FLORENCE, November 11, 2013 (LifeSiteNews.com) – The mayor of Florence has roused the fury of feminists and the far left after he announced that city hall would recognize an established section of the municipal cemetery of Trespiano dedicated to babies who have died “before birth,” including by abortion. Various representatives of Italy’s extreme-left, including the Radical Party, have denounced the move as “macabre” and an attack on the country’s liberal abortion law.
While the area of the cemetery has existed “unofficially” since 1996, the city council of Florence approved officially this month a section dedicated for the burial of “children who died before birth.” According to Deputy Mayor Stefania Saccardi, there are “more than a thousand unborn children whose burial was sought” since 1996. Saccardi cited a 1990 law that requires municipalities to provide burial services for foetuses.
“In Florence we decided to dedicate this special service, a space where you can also erect gravestones, because one who has the conviction that the fetus is a person can now have the freedom to bury it as such,” she said.

The motion was strongly supported in the city’s government, passing with 30 votes in favour, 4 against and 7 abstentions.
Maria Antonietta Farina Coscioni, a representative of the Radical Party in Florence, said, “More and more often we are faced with proposals, without logic, that would like to bring Italy into a series of illiberal counter-reforms, dragging the country into an obscurantist abyss, ignoring the will of the citizens.”
She called the decision “a sneaky” and “cruel and medieval” way by Mayor Matteo Renzi to “hinder and manipulate the individual freedoms of mothers wishing to avail themselves of the law 194.”
Law 194 was the 1978 bill that legalized abortion in Italy.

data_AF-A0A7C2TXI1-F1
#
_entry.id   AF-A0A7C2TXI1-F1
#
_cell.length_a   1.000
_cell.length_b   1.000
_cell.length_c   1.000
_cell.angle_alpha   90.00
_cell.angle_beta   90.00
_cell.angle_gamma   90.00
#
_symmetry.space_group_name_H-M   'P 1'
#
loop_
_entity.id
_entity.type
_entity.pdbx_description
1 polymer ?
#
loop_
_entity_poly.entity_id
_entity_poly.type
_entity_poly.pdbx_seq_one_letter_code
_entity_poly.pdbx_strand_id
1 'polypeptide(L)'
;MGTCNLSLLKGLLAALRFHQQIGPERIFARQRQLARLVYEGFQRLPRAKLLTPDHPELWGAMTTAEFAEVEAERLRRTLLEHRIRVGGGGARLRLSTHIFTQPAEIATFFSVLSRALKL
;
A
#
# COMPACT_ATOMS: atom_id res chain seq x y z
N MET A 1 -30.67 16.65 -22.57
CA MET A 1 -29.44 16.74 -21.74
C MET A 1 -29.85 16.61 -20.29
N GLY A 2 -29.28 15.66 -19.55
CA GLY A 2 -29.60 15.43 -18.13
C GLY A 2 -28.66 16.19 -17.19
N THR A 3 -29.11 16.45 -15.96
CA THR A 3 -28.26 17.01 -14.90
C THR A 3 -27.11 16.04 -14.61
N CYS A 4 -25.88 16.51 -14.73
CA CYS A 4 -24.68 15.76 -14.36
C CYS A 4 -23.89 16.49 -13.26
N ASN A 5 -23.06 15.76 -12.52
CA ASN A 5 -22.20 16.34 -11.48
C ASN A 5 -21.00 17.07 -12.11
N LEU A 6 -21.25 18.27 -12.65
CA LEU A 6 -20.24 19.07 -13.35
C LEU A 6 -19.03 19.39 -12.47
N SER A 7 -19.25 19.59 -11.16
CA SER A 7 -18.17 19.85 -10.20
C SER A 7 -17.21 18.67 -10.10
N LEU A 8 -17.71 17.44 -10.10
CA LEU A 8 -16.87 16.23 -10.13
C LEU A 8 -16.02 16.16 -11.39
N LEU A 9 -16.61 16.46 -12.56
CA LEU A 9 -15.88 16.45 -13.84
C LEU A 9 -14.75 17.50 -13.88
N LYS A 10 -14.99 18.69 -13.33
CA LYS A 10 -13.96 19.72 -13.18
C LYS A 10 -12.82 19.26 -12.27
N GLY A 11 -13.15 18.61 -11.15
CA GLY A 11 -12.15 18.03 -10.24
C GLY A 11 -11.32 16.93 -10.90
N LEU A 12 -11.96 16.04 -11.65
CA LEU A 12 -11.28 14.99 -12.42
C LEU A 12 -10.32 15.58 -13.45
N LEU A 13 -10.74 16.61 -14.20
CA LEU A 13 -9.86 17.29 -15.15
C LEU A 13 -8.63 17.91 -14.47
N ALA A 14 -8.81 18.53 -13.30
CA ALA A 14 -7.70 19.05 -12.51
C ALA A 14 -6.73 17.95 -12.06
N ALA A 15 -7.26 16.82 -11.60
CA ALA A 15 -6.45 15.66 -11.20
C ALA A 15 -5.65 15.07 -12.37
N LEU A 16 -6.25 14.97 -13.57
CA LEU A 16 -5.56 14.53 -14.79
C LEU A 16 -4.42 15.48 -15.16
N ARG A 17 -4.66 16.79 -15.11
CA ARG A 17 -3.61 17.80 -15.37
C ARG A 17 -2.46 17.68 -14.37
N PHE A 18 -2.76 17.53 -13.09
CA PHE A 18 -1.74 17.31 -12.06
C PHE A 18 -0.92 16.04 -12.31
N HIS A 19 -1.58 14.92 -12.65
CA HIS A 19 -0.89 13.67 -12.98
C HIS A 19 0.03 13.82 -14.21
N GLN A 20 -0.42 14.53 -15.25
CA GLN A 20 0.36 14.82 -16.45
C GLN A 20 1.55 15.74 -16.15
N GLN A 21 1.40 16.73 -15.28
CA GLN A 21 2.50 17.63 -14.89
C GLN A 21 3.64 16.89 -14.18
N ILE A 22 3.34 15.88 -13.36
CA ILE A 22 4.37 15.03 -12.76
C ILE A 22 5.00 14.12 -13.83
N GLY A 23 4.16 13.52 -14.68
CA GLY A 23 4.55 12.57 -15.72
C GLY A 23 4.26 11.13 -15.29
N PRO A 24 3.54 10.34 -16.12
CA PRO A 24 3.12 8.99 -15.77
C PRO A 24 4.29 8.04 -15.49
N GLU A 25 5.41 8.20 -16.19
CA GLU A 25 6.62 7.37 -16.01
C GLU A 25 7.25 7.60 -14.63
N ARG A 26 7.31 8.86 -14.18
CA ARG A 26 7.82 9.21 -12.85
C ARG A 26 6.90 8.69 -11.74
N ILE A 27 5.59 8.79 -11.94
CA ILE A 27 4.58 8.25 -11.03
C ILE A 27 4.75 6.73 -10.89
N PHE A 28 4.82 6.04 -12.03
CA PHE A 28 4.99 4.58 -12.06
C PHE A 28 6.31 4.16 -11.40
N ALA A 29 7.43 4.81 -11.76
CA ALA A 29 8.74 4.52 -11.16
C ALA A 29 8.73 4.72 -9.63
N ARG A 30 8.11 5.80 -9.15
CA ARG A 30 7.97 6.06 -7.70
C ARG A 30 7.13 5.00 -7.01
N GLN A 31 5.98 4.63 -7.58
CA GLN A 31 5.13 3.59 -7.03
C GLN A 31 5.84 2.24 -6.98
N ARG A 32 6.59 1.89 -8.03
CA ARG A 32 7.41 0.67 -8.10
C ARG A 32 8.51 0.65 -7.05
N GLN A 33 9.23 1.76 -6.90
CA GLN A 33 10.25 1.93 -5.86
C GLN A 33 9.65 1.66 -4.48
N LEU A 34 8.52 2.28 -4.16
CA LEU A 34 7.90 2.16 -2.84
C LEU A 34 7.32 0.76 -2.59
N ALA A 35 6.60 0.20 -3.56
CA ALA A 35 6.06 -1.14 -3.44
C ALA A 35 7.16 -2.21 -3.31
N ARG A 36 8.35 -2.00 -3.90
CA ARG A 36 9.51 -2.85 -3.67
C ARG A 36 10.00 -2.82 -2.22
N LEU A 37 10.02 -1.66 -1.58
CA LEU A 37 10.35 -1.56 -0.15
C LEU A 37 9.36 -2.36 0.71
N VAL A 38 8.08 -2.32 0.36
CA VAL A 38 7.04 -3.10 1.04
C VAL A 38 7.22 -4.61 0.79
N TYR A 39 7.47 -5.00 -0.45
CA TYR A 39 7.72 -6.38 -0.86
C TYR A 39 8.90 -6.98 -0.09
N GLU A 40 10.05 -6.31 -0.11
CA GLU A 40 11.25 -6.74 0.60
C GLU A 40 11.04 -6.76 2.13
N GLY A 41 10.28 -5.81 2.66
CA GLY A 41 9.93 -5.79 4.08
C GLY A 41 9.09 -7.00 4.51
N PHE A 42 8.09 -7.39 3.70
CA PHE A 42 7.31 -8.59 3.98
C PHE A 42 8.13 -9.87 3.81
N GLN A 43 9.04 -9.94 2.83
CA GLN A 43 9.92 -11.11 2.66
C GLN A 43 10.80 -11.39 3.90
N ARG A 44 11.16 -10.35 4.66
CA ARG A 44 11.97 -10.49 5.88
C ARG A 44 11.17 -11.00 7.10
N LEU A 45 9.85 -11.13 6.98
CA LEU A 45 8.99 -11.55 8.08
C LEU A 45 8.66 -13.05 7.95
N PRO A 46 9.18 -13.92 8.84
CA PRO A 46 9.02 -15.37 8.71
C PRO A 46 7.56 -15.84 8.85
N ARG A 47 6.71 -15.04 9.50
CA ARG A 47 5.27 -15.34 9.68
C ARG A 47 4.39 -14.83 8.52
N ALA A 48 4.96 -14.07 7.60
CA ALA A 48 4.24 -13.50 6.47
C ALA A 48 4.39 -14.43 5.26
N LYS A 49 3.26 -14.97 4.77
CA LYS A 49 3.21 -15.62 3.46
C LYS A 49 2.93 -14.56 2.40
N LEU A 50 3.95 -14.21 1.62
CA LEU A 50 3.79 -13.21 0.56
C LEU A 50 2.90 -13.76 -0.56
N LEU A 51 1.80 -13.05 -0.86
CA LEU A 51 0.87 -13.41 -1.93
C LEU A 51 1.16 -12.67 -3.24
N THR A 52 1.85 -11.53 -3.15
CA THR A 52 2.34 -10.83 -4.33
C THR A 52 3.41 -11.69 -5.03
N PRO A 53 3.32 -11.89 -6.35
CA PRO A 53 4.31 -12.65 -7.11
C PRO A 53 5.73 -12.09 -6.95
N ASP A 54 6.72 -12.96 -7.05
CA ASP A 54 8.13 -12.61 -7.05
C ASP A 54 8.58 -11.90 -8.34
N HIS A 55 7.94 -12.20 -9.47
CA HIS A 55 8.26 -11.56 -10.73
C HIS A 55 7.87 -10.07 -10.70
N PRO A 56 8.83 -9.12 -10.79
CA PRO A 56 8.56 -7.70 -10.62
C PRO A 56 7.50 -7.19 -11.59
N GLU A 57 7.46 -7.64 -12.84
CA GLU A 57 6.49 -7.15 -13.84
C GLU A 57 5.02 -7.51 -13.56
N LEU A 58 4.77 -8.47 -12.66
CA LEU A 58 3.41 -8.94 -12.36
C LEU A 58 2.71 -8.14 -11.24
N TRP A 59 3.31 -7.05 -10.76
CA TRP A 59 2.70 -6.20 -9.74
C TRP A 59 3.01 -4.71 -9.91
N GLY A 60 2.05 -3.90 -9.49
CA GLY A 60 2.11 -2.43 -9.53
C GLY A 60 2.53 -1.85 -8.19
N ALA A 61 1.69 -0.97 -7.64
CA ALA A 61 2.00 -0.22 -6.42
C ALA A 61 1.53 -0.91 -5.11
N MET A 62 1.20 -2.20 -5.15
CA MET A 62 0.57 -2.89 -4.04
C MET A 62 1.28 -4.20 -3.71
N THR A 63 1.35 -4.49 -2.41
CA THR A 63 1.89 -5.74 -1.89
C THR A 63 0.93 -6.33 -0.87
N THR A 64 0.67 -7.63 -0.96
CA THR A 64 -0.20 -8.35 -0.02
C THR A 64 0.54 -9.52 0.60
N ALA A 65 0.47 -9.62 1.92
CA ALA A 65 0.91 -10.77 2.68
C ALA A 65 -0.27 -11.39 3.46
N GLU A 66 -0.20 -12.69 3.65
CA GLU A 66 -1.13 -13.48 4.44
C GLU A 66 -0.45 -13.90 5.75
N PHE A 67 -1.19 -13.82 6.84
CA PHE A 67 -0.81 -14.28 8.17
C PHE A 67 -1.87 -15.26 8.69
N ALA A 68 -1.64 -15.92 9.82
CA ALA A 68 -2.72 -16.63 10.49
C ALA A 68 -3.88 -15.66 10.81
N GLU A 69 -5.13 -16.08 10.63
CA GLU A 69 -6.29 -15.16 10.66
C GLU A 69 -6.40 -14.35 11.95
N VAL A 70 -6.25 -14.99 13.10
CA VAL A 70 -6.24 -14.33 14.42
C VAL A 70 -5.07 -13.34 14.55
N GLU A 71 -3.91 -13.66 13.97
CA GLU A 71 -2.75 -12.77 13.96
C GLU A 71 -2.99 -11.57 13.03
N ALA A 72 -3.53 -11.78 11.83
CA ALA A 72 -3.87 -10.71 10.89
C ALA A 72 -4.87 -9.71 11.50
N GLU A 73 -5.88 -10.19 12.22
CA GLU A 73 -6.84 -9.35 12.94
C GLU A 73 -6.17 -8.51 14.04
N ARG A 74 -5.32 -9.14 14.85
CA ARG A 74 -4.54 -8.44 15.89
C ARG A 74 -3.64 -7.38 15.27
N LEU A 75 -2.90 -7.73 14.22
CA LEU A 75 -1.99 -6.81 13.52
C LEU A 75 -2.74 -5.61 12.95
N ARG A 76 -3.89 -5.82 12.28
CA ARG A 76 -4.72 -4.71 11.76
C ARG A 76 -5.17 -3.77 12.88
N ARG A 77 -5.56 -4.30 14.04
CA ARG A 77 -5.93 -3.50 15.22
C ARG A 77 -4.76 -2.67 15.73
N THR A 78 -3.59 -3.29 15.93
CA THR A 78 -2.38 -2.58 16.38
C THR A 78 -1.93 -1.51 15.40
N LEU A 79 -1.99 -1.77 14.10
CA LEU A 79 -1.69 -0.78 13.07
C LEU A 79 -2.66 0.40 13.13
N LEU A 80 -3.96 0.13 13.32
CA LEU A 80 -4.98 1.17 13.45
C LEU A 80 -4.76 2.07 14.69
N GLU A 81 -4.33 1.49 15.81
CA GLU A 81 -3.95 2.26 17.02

Ornella De Zordo, a city councillor for the Rifondarola area, said the decision “contrasts sharply with law 194, qualifying as a real attack on the self-determination of women.” Tommaso Grassi of the Sinistra Ecologia Libertà, (Left, Ecology and Liberty) party, called it “a symbolic act that goes to blame women who decide to terminate the pregnancy.” At the national level, Concetta Basile, National Secretary of the Italian General Confederation of Labour (CGIL) called it a “crusade of the municipality administered by Matteo Renzi.”
Lidia Ravera, Councillor for culture and youth policies of the Lazio region, in a blog post published on the Huffington Post, accused the Catholic Church of pushing the motion forward because it “insists on calling lumps of matter” a baby. Ravera called the decision “anti-scientific” and “prehistoric,” adding that the unborn child is just “a cluster of cells.”
The condemnation from the left, however, has met with sarcastic responses. Elisa Calessi wrote in Libero Quotidiano in response to a complaint by feminist journalist Maria Teragni, who had called the decision a “horror” and an “exultation of the pro-life movement.”
“If there is a horror,” wrote Calessi, “and there is, it is not in the memory of those who died, but in the way death was procured when it happens and is not named as such.”
“What’s macabre in wanting to remember a creature with two arms, two hands, one head, two eyes, two ears; a being who could live, who lacked nothing, and instead whose life is now done? What’s macabre in allowing those who have suffered the pain to have a place to remember him?”
“I was struck by the violence of Terragni. The ideological fury that always results in distorting reality and trampling on what it claims to defend: the freedom of individuals.”